The first glaring problem with the typical indoor garden is that extension wires are annoying and a potential safety hazard. On the other hand, wireless communications can lack the reliability of the wired variant. Going further, should the system be available to the local network or should it be connected to the Internet?
Since plants do not need Internet access in order to grow then we are potentially creating an additional dependency that the plant doesn’t want. The Internet is useful for providing access to your system, but security is questionable, how much control or data should be available? A connection to the Internet can become another dependency if the system cannot operate without communication to a cloud-based or otherwise remote server. If something can fail; we should plan for the eventual occurrence of that possibility as best as possible. If a long electrical outage were to occur it would be prudent to have a backup generator, or solar rechargeable battery storage system. If we can have better reliability with a wired connection, then it makes sense to use a combination of wired and wireless.
Next: Getting Wired and Wireless
Communication options such as i2c, which is great for communicating with another microcontroller or Raspberry Pi and the many wireless options: WiFi, bluetooth, etc.
The greatest advantage to using the Arduino family of microcontrollers for DIY electronics projects, is that they are ubiquitous. Since they are so available, they are inexpensive and you can find open-source software to get started.
If you’ve ever had the opportunity to work with an Arduino Uno microcontroller board, then you’ve probably executed the flashing LED example. Going further, you might attach a button, or switch, to trigger the LED or to turn it off making the project interactive. There are many sensors that could be connected to the Arduino Uno and setup to trigger events, such as the LED flashing, using threshold values that we would need to experiment with in order to figure out what settings work best for creating the effect we want.
While the examples that come with the Arduino software and the examples included with libraries are an excellent start to a project; the Arduino family of microcontrollers is often grossly underutilized in many projects. Sure microcontrollers are limited in how many instructions they can run; hitting the program size limit doesn’t take very long when you want to control more than a few blinking LEDs. Even with creative variable handling and custom libraries, eventually, there is a need for another microcontroller or to move to a larger one, even a Raspberry Pi.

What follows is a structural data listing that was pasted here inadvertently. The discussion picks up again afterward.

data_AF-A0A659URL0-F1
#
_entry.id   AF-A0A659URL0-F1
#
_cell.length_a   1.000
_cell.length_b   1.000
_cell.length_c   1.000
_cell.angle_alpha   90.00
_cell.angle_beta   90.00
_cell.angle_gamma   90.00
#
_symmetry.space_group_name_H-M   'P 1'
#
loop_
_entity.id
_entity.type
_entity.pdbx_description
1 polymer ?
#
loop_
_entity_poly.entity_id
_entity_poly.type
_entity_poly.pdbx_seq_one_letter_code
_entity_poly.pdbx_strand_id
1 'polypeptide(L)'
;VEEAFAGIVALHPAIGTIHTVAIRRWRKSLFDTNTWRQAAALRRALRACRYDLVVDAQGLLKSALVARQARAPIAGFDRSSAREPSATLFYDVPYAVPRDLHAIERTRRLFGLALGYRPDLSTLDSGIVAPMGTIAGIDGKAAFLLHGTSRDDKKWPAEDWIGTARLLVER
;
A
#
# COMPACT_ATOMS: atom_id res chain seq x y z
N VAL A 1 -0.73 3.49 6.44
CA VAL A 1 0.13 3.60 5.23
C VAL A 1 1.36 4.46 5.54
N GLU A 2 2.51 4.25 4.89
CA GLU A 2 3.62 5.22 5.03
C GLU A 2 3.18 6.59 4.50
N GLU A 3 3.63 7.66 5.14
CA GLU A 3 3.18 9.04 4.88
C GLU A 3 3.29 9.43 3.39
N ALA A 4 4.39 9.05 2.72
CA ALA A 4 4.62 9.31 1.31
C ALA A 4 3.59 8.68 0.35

At its most basic, a microcontroller loops through a set of instructions handling each action with the focus of The Red Eye of Sauron from Lord of the Rings. There are a few interrupts that can be configured should an event be so important to receive the full attention of the microcontroller. Using some form of time management creates a state machine. If x amount of time has passed since x event, then do something and so on…
“The behavior of state machines can be observed in many devices in modern society that perform a predetermined sequence of actions depending on a sequence of events with which they are presented. Simple examples are vending machines, which dispense products when the proper combination of coins is deposited, elevators, whose sequence of stops is determined by the floors requested by riders, traffic lights, which change sequence when cars are waiting, and combination locks, which require the input of combination numbers in the proper order.” https://en.wikipedia.org/wiki/Finite-state_machine
There are rare instances where: RTOS, AI, neural networks exist on microcontrollers, but that’s best left to software-oriented systems such as a Raspberry Pi.
After trying many different timer and time management libraries I felt they were either too much or not enough of what I was wanting in my timers. A set of timers that are easy to set, keep track of their own state, and each have their own trigger flags.
Interacting with an electronics device such as a microcontroller or computer system is relatively easy and typically provided as an example for developers looking to use the device in their project. Press a button and an LED illuminates. A button or switch may seem like a simple sensor input, but it’s not.
The device’s system resources are consumed waiting and watching for a button press. When we use a button in a project we typically think of it being activated when pressed. Then what? What should happen if the user holds the button in the active position? Will the button be counted as pressed once, or is the program going to count each second, or x amount of time, as another button press? Does the program need to know that the button has been released?
Hardware and wiring
Rather than using the Arduino Uno and a protoboard or breadboard for this project, I’m using the Arduino Nano on an expansion board. Keep it simple using common wiring colors, keep it modular so connections can be made with ease, keep your project sustainable; a part can be replaced rather than the entire system. The DuPont wire connectors that come with prototyping starter kits makes it easy to create your own custom wiring connections. The wires are easy to solder when a more permanent connection is needed. I make custom wiring harnesses for neater, cleaner, and more easily connectable modules.